Negotiations essentially are dysfunctional small groups. They need to be managed to determine a common goal, establish objectives and set a course to obtain the desired results. Mediators are trained to manage such small groups and lead them to resolution. Negotiators and parents can adopt mediation techniques to improve their skills at handling conflict.
A mediator delegates responsibilities not only to get the job done but also to give everyone a vested interest in the outcome. By directing and delegating, the mediator effectively makes both parties more equal and more likely to be able to come to an agreement. In the right situation, using inclusion to integrate everyone's needs into the solution can yield very positive results.
Mediators are masters of group manipulation. They must get warring parties to set aside their differences and reach an accord. Most people are used to being told what is right to do. A mediator is unable to make the decision for the group. He does not function as a judge or jury. He must enable each of the parties to make their own settlement decisions.
To succeed mediators must make others want to do things they don't always want to do. Managers and leaders are often accused of being masters of manipulation. Getting people to do things they would not ordinarily want to do can involve, among other things, manipulation. But this is typically a subset of the use of effective leadership and management skills. While manipulation has a bad connotation of trickery or deceit, it can be simply good negotiating. When managing the negotiating process you are seeking to maneuver the other person into agreeing to your terms. You achieve this by informing, educating and convincing them of your arguments. If a little manipulation will get them to consider your arguments is required, then it is well suited to the purpose.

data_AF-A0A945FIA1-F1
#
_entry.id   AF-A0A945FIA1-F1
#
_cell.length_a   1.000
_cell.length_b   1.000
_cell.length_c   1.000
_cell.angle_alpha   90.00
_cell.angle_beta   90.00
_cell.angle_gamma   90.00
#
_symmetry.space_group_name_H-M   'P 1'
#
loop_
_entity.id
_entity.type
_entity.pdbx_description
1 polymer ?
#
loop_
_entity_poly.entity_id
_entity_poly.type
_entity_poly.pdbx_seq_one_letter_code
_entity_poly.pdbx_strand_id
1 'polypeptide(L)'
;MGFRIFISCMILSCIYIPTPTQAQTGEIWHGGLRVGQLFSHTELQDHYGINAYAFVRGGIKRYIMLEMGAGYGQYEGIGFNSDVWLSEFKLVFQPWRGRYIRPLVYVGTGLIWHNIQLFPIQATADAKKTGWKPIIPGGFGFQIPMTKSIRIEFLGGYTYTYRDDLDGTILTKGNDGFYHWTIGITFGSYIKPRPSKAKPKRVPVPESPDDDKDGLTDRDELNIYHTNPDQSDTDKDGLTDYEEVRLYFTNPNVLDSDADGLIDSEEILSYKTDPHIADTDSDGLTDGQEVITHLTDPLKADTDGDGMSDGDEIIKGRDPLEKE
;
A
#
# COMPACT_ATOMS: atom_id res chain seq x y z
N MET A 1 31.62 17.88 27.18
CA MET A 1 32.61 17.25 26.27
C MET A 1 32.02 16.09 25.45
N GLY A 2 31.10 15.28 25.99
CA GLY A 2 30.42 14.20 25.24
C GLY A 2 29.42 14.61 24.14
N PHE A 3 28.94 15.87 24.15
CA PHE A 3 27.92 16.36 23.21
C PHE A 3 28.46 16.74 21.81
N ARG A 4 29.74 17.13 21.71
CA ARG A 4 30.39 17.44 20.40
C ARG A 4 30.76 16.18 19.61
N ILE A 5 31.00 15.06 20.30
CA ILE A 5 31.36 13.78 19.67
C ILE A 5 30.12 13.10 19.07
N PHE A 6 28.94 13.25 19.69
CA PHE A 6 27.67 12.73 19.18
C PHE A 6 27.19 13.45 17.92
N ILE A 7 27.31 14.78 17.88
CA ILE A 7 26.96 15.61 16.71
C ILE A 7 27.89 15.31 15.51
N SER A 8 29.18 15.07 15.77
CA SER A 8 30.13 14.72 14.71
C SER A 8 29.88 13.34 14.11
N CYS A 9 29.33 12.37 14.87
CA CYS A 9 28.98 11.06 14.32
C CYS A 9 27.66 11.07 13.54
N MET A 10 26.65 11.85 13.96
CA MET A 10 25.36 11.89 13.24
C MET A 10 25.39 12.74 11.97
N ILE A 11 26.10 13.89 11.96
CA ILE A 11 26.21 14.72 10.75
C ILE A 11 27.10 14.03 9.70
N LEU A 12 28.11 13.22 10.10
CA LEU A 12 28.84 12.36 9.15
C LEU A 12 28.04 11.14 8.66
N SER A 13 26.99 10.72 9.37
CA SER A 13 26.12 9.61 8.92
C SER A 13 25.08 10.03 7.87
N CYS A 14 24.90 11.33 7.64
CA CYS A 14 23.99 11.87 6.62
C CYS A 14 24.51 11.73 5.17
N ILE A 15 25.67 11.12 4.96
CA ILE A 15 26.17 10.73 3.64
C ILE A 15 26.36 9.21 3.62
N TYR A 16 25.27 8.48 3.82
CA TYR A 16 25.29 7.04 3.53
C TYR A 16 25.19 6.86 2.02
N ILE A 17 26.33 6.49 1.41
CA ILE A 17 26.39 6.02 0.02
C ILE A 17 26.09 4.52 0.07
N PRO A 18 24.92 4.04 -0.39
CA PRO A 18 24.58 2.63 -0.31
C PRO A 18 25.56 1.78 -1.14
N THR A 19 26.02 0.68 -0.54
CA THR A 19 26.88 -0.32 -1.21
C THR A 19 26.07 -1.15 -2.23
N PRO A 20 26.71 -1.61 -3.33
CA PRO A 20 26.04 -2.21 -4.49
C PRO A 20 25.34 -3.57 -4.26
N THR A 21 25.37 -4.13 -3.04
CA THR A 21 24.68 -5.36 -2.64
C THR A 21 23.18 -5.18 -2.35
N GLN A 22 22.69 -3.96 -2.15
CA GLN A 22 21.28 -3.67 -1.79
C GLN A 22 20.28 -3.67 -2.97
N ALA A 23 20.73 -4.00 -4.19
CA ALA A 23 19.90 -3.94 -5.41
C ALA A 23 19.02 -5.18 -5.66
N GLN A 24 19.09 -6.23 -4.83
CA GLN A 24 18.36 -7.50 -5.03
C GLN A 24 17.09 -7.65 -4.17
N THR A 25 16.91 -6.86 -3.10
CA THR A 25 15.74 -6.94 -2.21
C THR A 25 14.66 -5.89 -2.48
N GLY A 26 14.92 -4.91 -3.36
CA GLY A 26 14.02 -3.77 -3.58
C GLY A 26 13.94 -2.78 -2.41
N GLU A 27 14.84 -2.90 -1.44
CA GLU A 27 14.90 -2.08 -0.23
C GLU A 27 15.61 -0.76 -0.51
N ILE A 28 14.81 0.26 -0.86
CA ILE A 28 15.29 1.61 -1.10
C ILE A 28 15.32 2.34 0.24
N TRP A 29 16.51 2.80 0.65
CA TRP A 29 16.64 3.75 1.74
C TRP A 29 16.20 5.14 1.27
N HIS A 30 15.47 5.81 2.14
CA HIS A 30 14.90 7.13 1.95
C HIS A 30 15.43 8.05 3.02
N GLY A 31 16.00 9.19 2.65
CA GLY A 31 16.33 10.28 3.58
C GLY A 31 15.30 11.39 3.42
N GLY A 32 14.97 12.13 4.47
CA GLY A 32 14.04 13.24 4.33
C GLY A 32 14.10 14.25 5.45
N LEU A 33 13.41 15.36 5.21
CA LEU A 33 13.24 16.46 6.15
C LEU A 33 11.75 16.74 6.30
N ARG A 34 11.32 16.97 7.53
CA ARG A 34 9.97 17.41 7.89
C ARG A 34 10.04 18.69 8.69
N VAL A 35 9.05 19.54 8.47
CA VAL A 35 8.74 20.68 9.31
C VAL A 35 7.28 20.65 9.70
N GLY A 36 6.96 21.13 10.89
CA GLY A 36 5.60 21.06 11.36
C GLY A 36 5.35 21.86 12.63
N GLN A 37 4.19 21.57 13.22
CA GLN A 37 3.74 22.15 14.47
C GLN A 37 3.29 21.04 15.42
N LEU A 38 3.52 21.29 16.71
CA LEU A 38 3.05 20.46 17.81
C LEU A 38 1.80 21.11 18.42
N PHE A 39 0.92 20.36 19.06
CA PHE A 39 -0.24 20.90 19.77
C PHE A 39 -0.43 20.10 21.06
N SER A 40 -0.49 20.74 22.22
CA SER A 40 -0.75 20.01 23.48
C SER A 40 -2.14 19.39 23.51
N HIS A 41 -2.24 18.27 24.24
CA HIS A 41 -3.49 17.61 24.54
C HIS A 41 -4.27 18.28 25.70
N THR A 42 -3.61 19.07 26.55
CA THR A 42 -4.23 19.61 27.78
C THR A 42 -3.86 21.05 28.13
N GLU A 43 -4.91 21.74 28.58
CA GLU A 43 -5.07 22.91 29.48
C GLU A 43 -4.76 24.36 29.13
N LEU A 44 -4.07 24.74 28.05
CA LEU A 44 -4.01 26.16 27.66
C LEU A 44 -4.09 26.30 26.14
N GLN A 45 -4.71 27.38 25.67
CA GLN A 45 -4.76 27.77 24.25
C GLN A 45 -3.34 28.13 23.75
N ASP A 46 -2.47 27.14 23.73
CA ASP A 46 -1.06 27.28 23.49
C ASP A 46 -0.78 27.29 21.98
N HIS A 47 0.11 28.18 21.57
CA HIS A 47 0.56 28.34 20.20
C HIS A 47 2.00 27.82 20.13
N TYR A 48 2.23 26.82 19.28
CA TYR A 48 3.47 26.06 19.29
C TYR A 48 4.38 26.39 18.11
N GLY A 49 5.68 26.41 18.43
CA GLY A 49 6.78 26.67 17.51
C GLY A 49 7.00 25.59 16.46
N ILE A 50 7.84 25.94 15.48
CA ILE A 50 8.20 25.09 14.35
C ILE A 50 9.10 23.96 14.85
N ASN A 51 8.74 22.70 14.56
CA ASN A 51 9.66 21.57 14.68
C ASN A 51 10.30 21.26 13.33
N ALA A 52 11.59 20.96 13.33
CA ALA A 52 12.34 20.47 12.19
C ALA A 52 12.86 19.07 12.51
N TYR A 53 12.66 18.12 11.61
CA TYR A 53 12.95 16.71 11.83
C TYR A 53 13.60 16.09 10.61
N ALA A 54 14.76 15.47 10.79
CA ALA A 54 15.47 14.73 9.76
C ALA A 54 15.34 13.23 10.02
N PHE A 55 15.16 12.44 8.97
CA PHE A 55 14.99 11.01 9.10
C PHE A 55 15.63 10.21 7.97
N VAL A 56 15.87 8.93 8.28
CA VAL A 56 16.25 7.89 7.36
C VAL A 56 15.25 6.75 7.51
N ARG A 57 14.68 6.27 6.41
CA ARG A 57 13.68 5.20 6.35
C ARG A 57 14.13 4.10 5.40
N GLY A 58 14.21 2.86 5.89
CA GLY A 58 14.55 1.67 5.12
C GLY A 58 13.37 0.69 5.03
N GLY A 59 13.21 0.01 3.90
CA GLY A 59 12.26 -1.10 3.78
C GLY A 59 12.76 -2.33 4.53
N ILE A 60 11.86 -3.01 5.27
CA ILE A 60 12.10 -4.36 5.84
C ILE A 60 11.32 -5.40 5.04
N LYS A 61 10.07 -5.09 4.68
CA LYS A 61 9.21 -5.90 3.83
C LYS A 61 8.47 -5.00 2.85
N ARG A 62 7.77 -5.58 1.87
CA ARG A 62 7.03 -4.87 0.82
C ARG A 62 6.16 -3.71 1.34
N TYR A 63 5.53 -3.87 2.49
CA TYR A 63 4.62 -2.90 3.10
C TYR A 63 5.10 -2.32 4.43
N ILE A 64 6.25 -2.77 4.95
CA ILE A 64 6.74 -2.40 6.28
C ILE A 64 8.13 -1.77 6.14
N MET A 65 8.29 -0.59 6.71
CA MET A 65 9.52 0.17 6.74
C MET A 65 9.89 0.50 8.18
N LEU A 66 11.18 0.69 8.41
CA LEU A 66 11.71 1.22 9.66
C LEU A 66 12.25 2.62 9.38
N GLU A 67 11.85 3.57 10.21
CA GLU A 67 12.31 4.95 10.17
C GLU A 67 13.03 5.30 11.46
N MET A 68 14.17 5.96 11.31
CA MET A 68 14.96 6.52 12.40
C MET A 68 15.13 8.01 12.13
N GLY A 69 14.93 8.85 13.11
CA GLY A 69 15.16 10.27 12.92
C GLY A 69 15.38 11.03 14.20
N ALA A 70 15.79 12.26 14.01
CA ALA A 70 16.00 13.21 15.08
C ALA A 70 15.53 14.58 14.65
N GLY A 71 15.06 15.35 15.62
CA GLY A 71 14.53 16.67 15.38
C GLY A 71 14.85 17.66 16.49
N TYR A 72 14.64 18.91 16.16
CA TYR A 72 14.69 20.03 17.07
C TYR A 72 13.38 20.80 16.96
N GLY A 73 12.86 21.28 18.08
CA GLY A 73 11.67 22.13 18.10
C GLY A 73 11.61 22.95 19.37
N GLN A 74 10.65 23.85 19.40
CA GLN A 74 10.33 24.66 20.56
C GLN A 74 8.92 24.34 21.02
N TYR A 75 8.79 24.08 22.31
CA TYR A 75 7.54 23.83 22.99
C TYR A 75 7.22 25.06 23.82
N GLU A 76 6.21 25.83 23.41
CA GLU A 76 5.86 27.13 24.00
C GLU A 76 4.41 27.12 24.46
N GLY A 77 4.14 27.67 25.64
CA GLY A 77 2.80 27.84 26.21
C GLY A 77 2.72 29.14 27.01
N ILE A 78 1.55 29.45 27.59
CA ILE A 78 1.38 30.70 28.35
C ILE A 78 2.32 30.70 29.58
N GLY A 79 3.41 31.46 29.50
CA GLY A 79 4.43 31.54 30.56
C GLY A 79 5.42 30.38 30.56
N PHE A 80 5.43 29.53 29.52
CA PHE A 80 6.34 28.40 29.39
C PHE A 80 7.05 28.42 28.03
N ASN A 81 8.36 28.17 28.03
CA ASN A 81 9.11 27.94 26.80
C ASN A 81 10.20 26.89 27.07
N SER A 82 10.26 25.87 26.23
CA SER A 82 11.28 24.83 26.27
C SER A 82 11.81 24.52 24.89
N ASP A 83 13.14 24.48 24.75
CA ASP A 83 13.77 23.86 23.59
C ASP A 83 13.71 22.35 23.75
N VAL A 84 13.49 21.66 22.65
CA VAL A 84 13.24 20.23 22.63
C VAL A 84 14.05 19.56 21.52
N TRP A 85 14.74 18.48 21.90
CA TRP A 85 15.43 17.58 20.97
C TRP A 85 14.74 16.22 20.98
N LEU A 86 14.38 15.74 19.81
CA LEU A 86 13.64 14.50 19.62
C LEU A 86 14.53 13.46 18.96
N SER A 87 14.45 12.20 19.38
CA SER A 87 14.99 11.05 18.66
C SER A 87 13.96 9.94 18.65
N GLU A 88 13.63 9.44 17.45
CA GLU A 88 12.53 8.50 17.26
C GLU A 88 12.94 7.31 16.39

Being able to lead others, convincing them to hear what is being said, and to consider options is a mark of a good leader. Tricking others into doing your will is not. Use of trickery will likely lead to agreements that fall apart after the test of time.
In any dispute those involved make up a small group and are subject to traditional group dynamics. Groups need to be lead or managed. Filling this role is what makes mediators effective at resolving disputes. Similarly, negotiators who take the initiative to become the informal group leaders are most likely to have the best track record of achieving their goals.
The author is an assistant editor at How-to-Negotiate.com, a site featuring articles about business management skills required in the dispute settlement process and how people negotiate everything in their daily lives be it personal issues, parenting matters, social conflicts, or business or work related challenges. The site promotes the fact that conflict is a natural aspect of everyone's life and we should all work at improving our ability to negotiate the curves life throws our way.